Lara Croft And The Temple Of Osiris
PC, PS4, Xbox One
More than four years have passed since Lara Croft And The Guardian Of Light transposed the Tomb Raider star’s twin pistols and plundering ways into an isometric twin-stick shooter-cum-adventure, but you may not realise it from playing Temple Of Osiris. It’s an act of gaming archaeology as Crystal Dynamics digs out all of Guardian Of Light’s mechanics and ideas, dusts them off, and places them in a new Egyptian setting. But that same reverence for the past guarantees a solid, if unremarkable, run through a selection of beautiful tombs.
Time hasn’t stood entirely still for this spun-off sideline. Crystal Dynamics has increased the player count from two to four, ensuring chaotic scenes as enemies swarm the dual-wielding party and weapon effects occlude the action. But as well as upping the scale of battles, the larger group here allows Crystal Dynamics to build on the possibilities of the first game’s co-operative puzzles.
Just as in Guardian Of Light, the available tools are split between different characters to push co-op play (though all of them will be to hand if you work on your own). Rather than divvying up four abilities, however, skills are parcelled off into pairs. Lara and fellow treasure hunter Carter each get a grappling hook that can be used to scale or descend sheer faces, target other players so that you can haul them up after you, or create precarious tightrope bridges across pits of gnarled spikes. The pair also have a torch that can be used to light both the way and the many gem-yielding lamps you’ll find in transit, as well as solve some entertaining puzzles involving flammable gas.
Lara and Carter are joined by Egyptian gods Horus and Isis, who manifest after a hasty act of Carter’s unleashes Set, here painted as the villain rather than the ambiguous deity of antiquity. Both of the supernatural pair wields a Staff Of Osiris, which replaces Totec’s spear from the first game. The staff can fire a laser beam that slows and kills enemies, and eradicates enemy-spawning glowing orbs placed in the world by the malevolent Set. It can also be used to manipulate certain environmental features such as lifts or spinning cogs, but as a result puzzles involving the staff feel more prescribed and less satisfying than the spearthrowing interplay between Lara and Totec. You never feel like you’re improvising a solution to a problem, just spotting a texture and pressing the right button. Totec’s shield, meanwhile, which could be held aloft to provide a platform for Lara, is also replicated here in the form of force-fields which do much the same job.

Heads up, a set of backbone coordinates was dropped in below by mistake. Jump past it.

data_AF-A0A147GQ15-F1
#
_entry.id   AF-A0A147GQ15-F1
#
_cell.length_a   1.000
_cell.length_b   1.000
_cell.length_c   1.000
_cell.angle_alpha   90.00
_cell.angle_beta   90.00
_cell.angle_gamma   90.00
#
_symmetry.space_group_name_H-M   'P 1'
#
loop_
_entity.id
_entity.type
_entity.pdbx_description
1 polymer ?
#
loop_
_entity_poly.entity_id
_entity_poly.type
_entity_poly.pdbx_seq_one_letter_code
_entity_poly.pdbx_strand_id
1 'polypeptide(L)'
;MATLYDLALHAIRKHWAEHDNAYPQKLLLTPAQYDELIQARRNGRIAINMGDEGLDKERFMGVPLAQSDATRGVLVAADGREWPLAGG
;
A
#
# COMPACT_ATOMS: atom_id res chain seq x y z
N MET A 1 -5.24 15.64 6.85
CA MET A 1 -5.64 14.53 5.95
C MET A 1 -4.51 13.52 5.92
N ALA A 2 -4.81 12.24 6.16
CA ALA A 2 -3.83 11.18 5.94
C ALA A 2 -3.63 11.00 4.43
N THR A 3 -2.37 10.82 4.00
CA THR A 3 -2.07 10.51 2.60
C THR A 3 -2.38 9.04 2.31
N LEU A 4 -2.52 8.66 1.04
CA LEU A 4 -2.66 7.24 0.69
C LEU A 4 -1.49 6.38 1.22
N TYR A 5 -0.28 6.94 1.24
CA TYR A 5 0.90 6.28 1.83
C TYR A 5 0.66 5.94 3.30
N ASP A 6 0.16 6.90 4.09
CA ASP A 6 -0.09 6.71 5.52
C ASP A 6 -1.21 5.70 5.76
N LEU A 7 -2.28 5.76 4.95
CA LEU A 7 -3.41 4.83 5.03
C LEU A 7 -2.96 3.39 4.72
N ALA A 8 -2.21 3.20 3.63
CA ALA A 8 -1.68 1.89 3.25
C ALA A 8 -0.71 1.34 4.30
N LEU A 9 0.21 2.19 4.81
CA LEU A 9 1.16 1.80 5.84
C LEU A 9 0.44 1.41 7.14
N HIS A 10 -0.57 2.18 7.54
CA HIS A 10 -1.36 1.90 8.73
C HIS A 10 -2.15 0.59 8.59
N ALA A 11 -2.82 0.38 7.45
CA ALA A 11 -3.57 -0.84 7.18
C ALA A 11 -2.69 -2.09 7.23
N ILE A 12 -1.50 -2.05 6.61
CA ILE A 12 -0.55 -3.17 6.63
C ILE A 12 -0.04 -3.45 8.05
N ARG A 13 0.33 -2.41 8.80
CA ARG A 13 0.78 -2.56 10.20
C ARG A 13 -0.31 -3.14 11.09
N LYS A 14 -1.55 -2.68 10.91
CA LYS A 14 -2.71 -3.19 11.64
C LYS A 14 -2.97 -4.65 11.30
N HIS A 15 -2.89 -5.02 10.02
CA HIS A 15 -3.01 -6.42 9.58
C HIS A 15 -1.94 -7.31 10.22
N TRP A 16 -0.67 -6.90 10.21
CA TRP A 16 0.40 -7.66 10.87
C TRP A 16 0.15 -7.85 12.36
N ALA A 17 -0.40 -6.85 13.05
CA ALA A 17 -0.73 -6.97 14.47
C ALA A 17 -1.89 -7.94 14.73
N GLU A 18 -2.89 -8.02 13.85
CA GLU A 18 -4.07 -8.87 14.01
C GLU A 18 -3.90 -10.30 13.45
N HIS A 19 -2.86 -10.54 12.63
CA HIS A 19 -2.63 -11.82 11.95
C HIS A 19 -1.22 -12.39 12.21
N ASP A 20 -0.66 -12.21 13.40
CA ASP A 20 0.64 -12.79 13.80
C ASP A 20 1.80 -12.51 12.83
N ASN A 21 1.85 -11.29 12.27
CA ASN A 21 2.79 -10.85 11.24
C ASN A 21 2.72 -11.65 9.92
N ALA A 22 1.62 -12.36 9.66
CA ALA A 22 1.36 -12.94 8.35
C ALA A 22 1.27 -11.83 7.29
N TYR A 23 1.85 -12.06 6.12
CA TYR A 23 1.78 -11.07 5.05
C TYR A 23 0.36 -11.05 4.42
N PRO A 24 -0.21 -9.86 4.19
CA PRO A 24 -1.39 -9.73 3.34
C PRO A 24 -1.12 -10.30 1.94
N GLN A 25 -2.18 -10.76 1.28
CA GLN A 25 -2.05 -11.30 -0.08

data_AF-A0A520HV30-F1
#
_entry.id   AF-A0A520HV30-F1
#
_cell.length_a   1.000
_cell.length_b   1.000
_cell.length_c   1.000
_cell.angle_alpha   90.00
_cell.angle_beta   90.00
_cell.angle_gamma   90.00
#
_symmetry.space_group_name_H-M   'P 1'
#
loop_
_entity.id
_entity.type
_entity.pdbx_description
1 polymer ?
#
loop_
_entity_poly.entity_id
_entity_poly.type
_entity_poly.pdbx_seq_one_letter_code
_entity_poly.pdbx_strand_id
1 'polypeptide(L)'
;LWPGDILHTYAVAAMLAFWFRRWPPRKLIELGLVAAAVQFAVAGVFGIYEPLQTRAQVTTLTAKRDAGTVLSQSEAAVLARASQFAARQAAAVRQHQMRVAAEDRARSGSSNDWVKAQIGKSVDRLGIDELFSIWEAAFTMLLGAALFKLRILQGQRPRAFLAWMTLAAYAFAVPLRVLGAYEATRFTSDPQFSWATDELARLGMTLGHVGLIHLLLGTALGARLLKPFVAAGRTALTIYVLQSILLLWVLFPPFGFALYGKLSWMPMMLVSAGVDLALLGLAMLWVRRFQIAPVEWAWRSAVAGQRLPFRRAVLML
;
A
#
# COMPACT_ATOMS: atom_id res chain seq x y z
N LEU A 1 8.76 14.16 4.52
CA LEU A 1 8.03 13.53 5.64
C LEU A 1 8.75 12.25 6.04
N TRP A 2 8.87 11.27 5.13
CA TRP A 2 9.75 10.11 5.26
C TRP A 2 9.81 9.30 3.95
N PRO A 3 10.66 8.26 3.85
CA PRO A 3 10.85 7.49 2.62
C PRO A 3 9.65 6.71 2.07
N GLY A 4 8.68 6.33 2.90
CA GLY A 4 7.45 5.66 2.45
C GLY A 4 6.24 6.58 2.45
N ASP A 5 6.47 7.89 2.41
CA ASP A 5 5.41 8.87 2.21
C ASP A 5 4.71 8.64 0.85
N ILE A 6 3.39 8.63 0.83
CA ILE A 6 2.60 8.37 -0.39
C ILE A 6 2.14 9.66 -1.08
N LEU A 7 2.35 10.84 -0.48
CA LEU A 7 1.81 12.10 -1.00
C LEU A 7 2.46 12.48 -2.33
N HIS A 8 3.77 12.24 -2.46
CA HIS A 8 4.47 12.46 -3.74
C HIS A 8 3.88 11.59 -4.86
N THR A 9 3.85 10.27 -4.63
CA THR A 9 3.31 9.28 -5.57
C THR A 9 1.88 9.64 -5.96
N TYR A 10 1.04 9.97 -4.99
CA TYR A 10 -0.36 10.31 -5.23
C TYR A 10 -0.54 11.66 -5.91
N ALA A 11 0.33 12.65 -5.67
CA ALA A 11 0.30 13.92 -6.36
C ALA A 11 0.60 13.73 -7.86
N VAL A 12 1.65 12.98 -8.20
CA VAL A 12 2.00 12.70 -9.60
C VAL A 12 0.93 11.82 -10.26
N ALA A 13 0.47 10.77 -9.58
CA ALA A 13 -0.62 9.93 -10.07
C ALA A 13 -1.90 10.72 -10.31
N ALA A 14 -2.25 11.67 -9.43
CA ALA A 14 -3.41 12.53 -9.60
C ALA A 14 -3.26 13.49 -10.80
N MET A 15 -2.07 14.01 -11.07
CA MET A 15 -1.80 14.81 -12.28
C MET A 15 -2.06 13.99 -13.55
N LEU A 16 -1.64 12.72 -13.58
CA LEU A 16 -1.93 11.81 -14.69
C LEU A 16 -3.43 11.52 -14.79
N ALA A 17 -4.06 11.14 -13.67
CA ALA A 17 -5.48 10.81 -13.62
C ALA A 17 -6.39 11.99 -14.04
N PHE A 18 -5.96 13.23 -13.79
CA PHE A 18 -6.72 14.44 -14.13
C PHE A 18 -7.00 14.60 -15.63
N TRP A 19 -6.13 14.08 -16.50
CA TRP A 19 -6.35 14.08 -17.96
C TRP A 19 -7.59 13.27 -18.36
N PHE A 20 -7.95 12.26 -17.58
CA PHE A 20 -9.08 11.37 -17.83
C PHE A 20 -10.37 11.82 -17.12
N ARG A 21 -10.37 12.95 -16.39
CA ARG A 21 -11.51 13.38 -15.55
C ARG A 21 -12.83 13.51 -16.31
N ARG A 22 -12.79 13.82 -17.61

There’s an arsenal of weapons beyond the character-specific tools, of course, the more explosive end topping out with the ludicrous, artefact-desecrating bazooka, and the return of sticky bombs, which can be used offensively or to trigger switches. Gunplay is serviceable, but few weapons deliver any kind of kick, and while there are a number of enemies that require you to change up your tactics – a tough, grenade-lobbing bipedal crocodile that must be finished off with a bomb after it falls on its back; a slow-moving knight that wields a mirrored shield capable of reflecting the Staff Of Osiris’s energy beam – the vast majority feel a little too similar to dispatch.
Temple Of Osiris does at least take a step closer to Diablo territory with a vastly increased pool of loot to collect. Most of it takes the form of buff-happy amulets and rings, and a new inventory screen provides a clearer picture of what effect the various trinkets will have on you – extending the life of your magic shield, perhaps, increasing your resistance to certain elements, or expanding the reach of your torchlight. You’re able to wear up to two rings and one amulet at any one time, and every tomb is capped off with a treasure room crammed full of chests that cost various amounts of gems to open – the more you spend, the greater the chance you’ll acquire Rare or Epic items.
You’ll also find chests secreted around the world that change with the seasons. Temple Of Osiris’s central gimmick is a large dial in the hub world that can be turned to manipulate the climate and open new routes. While you aren’t given free rein to mess with nature – its use is rationed according to the needs of the story – observing the changes wrought on the world each time you give the device a spin is a pleasure.
In fact, the new engine has made for a particularly attractive game all round, dynamic lighting and surprisingly detailed geometry combining to make tombs look fantastic. But the camera’s efforts to take all of this in often see it draw out to an almost unusable distance, rendering Lara and the rest of her party amusingly small and difficult to spot in the process. Problems also occur elsewhere due to a concerted effort to streamline absolutely everything. As such, puzzles have been reduced in complexity – there are no tomb-spanning conundrums here, just a series of neatly packaged localised tests – and boss fights provide little challenge. Platforming feels stodgy, too, thanks to a particularly overbearing attempt to prevent you accidentally falling from one.
There are flashes of brilliance, not least in the way levels reorganise themselves depending on the number of players present, and there’s something appealing about inhabiting the combat boots of a pre-reboot Lara again (even if that makes Temple Of Osiris feel more anachronistic than Guardian Of Light did). But while the game delivers its smooth-edged package efficiently enough, it never manages to raise the pulse like its predecessor, and like an ancient tomb, close inspection reveals some worrying cracks.
Puzzles have been reduced in complexity – there are no tomb-spanning conundrums, just a series of localised tests